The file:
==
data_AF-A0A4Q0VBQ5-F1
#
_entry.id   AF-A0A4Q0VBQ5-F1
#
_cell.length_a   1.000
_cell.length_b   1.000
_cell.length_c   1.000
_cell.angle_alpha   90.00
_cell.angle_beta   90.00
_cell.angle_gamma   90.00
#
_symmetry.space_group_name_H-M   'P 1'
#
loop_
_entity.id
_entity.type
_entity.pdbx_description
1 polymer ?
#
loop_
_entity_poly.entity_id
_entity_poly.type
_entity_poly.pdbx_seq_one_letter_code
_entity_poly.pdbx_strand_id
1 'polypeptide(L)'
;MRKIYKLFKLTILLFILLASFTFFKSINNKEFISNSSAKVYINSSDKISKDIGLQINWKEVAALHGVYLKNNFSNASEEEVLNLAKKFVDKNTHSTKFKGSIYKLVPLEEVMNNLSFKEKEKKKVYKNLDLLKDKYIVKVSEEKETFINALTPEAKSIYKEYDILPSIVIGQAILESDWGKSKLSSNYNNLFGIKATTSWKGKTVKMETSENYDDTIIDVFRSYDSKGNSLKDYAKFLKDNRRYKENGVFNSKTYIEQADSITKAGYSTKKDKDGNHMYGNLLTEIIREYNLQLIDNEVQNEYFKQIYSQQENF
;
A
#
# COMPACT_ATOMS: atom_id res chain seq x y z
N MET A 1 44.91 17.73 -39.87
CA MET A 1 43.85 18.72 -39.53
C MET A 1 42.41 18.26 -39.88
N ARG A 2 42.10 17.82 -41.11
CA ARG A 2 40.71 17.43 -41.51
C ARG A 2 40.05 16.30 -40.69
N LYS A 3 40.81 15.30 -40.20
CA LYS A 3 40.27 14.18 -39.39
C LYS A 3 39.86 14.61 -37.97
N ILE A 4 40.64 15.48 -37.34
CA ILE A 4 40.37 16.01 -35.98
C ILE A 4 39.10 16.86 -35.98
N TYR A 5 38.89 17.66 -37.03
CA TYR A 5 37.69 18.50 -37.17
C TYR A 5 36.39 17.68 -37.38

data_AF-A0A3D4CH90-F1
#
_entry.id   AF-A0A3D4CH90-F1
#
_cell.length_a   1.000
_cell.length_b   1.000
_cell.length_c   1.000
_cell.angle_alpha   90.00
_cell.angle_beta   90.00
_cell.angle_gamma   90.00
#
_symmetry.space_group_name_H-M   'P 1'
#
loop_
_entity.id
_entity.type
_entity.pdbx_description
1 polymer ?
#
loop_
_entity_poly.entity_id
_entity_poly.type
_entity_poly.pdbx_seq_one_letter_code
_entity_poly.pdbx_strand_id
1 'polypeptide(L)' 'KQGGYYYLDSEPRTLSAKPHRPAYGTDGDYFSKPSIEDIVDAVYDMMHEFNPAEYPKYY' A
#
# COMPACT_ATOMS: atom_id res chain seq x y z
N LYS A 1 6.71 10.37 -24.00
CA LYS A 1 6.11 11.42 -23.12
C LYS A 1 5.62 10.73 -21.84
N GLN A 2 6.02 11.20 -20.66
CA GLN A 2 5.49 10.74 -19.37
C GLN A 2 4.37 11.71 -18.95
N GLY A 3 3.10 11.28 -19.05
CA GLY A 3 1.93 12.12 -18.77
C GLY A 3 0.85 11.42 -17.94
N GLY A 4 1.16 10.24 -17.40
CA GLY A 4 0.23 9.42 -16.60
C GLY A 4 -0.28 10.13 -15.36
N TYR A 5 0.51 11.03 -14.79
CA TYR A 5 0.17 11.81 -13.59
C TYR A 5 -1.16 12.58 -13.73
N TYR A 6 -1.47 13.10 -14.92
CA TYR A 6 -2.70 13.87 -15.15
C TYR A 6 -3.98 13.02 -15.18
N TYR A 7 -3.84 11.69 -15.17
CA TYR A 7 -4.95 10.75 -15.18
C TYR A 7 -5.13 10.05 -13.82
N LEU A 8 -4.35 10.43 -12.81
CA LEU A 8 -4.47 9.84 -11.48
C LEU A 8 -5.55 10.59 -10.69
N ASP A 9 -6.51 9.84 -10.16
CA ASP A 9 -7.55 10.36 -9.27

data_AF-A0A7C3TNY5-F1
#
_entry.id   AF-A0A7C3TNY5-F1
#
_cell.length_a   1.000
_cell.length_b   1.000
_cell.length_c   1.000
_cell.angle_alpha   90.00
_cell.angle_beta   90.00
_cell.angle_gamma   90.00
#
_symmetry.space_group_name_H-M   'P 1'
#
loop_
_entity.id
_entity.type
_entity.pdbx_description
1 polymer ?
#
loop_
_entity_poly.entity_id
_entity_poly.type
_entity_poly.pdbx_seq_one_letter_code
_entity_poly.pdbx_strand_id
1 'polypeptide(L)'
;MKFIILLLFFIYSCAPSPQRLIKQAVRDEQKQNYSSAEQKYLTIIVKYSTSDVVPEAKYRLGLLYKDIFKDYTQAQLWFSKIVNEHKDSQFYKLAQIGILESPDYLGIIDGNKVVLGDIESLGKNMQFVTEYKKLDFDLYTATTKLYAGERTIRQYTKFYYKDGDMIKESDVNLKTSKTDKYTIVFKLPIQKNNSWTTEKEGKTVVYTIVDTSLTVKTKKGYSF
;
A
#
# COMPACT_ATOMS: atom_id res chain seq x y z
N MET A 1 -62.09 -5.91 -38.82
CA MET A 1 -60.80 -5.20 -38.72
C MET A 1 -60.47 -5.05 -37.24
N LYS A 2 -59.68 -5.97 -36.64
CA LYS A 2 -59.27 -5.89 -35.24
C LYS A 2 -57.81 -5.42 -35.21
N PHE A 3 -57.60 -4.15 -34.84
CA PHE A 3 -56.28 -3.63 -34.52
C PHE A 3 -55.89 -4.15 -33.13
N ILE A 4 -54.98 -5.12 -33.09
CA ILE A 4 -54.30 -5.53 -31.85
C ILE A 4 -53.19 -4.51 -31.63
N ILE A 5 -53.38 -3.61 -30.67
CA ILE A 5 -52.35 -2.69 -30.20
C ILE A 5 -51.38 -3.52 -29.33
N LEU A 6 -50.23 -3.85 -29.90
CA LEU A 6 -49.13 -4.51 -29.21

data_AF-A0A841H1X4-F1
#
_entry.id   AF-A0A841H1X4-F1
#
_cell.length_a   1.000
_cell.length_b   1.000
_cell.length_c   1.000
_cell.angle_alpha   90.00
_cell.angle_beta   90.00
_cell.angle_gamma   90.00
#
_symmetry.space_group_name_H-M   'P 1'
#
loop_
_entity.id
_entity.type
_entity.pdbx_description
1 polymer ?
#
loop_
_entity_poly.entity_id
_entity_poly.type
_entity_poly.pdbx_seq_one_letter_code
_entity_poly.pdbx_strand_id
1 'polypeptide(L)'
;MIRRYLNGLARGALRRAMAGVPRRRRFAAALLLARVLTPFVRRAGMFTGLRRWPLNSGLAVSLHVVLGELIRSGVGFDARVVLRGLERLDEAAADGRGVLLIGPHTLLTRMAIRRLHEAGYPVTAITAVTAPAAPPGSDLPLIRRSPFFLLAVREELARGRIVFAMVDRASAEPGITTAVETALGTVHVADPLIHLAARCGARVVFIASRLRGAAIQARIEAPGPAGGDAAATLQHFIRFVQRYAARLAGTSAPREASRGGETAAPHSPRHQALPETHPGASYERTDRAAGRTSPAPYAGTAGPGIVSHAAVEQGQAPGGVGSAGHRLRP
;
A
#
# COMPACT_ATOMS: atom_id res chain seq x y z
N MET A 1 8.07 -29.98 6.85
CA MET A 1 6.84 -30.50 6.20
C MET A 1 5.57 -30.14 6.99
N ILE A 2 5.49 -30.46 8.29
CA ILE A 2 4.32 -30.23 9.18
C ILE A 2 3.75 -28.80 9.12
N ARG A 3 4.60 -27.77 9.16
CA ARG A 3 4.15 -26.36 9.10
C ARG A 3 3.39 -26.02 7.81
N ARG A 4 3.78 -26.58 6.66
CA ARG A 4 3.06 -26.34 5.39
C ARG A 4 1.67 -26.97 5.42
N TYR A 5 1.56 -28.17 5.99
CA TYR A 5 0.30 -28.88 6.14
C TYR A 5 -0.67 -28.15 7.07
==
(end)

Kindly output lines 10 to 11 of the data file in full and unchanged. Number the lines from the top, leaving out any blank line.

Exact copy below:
_cell.angle_gamma   90.00
#